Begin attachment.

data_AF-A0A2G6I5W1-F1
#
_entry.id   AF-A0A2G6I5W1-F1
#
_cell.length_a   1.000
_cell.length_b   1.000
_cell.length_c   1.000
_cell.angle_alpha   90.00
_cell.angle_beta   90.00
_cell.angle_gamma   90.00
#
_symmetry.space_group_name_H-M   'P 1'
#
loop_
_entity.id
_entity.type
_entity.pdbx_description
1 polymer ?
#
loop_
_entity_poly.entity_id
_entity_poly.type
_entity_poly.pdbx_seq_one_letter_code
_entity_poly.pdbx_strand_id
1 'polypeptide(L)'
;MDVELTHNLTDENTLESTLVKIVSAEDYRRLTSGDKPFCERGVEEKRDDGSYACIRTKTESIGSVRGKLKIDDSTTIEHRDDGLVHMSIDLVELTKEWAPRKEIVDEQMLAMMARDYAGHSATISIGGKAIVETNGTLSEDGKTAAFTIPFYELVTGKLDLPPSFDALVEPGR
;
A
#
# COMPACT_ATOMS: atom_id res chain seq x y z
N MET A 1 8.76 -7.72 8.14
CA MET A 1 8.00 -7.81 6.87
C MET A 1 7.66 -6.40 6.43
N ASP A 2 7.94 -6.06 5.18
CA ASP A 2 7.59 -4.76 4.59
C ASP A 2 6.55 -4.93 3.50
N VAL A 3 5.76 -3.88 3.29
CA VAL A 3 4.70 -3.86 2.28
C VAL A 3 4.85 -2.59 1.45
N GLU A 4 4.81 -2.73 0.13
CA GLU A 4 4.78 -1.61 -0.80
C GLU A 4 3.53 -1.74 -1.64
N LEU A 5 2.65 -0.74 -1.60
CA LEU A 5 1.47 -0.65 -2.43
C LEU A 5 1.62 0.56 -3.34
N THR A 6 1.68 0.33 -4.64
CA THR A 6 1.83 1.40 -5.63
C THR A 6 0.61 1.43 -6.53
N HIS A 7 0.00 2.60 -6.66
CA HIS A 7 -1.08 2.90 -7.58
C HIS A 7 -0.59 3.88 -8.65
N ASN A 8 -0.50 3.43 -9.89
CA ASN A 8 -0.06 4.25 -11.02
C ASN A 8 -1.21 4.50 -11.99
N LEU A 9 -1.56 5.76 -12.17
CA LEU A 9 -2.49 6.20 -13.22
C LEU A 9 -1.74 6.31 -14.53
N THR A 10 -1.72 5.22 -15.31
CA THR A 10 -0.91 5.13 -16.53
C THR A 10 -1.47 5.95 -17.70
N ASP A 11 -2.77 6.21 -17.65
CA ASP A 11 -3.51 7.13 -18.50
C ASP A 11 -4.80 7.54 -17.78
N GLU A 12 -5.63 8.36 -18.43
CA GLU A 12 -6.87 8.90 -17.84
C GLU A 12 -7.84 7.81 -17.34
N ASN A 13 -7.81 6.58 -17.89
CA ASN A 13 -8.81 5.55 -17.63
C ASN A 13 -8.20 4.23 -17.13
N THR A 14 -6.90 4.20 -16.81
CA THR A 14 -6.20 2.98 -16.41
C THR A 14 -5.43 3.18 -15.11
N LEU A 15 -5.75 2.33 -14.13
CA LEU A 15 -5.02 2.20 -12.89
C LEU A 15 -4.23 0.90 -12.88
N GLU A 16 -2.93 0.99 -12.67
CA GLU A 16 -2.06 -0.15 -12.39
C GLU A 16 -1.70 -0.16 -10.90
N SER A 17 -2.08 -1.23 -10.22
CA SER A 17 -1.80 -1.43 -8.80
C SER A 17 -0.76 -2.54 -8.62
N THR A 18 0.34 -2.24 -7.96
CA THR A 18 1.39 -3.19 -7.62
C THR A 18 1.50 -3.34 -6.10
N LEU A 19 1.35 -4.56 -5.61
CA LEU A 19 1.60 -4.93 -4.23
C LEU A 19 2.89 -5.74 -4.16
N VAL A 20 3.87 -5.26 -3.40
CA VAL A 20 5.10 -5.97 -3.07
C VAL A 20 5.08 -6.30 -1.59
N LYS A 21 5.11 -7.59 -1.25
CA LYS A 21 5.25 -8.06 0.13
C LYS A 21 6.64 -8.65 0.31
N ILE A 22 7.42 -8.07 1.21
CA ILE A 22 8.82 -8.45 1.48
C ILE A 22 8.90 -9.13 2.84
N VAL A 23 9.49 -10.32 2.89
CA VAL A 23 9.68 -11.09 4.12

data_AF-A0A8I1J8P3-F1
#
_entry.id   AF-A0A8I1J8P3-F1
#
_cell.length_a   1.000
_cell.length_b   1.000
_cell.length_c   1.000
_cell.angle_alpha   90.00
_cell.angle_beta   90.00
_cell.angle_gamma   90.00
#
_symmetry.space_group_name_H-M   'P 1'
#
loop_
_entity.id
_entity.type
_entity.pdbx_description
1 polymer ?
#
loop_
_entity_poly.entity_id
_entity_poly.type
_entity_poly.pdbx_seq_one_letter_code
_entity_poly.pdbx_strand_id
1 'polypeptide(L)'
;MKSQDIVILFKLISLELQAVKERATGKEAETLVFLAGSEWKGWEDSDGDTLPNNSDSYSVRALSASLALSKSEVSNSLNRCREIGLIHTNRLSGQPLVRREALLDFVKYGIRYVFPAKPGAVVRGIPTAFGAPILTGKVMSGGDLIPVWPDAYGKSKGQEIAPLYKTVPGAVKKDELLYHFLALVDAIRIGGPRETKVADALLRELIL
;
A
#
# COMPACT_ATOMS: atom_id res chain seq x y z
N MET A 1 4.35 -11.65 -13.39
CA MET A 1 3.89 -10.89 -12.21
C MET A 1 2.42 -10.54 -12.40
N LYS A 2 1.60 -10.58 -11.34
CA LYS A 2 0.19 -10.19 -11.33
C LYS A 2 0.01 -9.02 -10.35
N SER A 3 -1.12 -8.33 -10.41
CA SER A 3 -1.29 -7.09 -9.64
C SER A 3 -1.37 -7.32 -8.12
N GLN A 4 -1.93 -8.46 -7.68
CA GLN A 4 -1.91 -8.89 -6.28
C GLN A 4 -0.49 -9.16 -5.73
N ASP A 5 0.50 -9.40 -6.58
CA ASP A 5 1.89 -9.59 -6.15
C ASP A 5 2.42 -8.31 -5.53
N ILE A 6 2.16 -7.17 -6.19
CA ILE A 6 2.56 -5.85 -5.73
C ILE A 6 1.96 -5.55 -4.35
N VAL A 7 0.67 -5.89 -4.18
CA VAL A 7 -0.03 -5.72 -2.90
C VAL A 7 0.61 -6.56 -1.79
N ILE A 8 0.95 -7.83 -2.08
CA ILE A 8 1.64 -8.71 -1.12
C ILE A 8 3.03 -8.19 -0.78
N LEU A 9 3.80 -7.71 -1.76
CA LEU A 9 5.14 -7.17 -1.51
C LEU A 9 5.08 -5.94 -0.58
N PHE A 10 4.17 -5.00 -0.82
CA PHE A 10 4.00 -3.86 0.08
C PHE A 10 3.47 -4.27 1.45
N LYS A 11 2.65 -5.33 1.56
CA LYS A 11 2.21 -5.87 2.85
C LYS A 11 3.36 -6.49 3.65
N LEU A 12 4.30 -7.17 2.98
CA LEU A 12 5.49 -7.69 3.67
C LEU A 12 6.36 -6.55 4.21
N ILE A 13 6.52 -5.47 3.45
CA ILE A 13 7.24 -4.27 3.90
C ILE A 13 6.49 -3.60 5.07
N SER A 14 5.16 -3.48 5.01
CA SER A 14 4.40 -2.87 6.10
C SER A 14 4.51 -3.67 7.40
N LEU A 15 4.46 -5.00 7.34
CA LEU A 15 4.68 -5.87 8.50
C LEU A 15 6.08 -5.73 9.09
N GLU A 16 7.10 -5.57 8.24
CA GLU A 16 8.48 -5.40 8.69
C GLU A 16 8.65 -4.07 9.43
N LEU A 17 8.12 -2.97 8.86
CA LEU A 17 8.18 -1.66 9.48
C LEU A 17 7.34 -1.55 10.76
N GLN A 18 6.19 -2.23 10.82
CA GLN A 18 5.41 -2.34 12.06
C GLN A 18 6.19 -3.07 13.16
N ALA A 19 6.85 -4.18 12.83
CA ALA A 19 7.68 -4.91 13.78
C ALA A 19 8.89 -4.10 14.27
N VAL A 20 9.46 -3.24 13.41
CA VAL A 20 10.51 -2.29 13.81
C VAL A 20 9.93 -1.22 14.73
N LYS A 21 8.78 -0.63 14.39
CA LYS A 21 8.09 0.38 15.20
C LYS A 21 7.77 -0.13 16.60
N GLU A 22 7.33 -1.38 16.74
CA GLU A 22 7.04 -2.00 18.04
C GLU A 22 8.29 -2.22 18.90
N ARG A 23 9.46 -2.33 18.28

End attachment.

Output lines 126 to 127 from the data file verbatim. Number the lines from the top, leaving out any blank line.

A
#